For most preppers, recommending a first aid kit off the shelf would be like Julia Child telling you her favorite flavor of Pop Tart. They like to put them together themselves so they can pack them with, as Hawke puts it, “some dressings for real trauma,” including tourniquets, Israeli Bandages, and, in RC’s case, zip-tie restraints, though he wouldn’t really say what those were for. However, Coyne calls Adventure Medical Kits “the best first aid kits on the market [and] definitely the closest commercially available to what I would customize for myself.” Whatever first aid kid you decide on, Mike Glover, crisis management and response expert and host of the popular FieldCraft Survival podcast, recommends you maintain a 30-day supply of over-the-counter medicine (like painkillers, cold, allergy, anti-diarrheal medications) as well as any prescription medications. Some strong antibiotics would be good to have, too. RC says you probably won’t have to look far to find a doctor who can give you a 7-day supply of Z-Pak.
Every single one of our experts recommended Kaito shortwave radios. Coyne’s favorite is the Kaito Voyager because it’s rugged and water-resistant, has plug-in and solar charging capabilities, and is shortwave, which means it picks up broadcasts from around the world. “In an extreme global situation, an entire country may be off-grid, but someone, somewhere, will be broadcasting,” Hawke says. Snyder likes the Kaito KA500 Emergency Radio. “It’s capable of being charged via hand crank, solar panel, micro USB, a standard wall outlet, or batteries,” he says. “And it has a five-LED reading lamp, an LED flashlight, and a red LED SOS beacon light.”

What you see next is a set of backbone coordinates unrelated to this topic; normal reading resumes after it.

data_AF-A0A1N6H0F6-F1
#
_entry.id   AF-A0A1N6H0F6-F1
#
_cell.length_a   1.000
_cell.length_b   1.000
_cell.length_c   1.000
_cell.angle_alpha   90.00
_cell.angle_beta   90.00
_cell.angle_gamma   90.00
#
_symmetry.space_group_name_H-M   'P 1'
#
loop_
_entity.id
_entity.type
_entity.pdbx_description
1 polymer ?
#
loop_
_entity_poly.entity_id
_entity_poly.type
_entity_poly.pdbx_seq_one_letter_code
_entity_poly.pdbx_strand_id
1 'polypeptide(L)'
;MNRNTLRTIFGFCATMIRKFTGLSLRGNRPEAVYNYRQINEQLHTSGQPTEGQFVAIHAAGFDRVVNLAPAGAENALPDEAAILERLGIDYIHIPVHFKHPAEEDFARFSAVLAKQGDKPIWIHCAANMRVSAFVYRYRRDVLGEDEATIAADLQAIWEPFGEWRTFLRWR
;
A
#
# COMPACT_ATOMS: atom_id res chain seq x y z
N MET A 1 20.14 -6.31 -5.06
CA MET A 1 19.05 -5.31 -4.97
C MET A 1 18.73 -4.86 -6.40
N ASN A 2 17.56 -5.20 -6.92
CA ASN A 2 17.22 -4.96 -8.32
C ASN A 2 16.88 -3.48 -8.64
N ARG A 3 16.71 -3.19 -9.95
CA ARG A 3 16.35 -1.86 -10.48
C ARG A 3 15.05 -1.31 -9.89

Waterproof matches are the best matches, though our experts say lighters are better than matches. Rogue recommends carrying both, in case either fails. Hawke likes Bic lighters, but stresses that “folks should review fire basics [because] it’s surprising how many people don’t know how to build a fire once they have a light.” Coyne uses only UCO Stormproof matches. “Once lit, they cannot be put out,” he says. “They even burn underwater.”
Hawke, Coyne, and RC all recommend power banks (which can be used to charge phones and other devices) that can be charged by multiple sources, including the sun. RC likes the Wireless Lit Solar PowerBank for its multiple inputs, and Hawke recommends you get one with a hand crank. While Coyne personally uses a Kodiak brand power bank because it’s rugged, water resistant, and has an emergency light, he recommends several reliable options that will also jump start your car, and are extremely small, such as the NOCO Boost. (Coyne also likes OtterBox’s charging cables because they’re “super strong” and “won’t rip or tear easily.”)
Ramey was the one naysayer when it comes to solar panels. He prefers to avoid them, because “you don’t want your battery baking in the sun,” he says. After “deep field testing,” he recommends the NOVOO Explorer 10,000mAh and Anker PowerCore 10,000mAh. He calls both “the right mix of ruggedness, size and weight, capacity, and performance.” Rogue also likes “anything by Anker” to “charge your phone or other devices perfectly.”